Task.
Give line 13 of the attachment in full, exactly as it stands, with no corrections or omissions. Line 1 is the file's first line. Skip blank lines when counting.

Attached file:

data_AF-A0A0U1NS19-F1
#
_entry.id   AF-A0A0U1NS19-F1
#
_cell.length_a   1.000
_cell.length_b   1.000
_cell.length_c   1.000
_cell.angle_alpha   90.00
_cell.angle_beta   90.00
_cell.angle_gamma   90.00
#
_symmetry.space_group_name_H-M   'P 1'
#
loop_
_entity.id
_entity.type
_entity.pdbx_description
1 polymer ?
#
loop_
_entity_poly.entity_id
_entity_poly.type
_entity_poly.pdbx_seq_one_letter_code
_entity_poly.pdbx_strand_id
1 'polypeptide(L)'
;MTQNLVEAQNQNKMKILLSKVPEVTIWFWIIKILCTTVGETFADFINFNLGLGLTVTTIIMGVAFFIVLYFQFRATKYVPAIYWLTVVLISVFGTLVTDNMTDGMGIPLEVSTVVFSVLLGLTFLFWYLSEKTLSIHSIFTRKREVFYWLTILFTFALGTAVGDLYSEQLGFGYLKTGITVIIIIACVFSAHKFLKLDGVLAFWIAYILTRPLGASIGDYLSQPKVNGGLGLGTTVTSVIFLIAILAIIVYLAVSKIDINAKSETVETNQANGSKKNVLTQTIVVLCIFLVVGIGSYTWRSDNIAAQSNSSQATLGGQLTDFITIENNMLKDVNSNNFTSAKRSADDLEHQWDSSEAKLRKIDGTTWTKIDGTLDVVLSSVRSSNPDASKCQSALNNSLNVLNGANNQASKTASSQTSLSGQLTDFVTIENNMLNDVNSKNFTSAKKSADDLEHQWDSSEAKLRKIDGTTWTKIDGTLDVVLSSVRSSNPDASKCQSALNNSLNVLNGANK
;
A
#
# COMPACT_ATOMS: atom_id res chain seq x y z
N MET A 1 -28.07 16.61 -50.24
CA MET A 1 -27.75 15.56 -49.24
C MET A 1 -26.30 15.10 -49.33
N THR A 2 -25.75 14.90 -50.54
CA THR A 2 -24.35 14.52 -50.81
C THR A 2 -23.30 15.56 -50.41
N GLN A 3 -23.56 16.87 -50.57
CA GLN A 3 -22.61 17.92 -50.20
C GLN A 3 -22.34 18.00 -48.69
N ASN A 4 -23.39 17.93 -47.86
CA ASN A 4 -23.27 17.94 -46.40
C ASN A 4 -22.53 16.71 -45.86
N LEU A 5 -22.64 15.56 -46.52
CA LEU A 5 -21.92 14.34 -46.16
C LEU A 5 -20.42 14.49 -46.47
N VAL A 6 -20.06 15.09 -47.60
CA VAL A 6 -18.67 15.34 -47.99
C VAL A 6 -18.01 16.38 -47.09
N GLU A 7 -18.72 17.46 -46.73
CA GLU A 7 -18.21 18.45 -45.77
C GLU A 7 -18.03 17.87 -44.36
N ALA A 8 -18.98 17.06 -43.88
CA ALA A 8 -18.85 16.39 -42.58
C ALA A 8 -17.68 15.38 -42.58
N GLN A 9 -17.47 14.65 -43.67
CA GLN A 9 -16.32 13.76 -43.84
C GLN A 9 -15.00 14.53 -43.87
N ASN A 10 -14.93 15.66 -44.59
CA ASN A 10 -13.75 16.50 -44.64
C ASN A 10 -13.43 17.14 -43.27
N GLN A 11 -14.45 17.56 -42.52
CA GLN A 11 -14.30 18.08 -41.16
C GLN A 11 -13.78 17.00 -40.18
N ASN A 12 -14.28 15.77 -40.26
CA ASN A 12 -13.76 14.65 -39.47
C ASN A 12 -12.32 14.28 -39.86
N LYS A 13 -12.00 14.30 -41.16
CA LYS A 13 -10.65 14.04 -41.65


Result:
#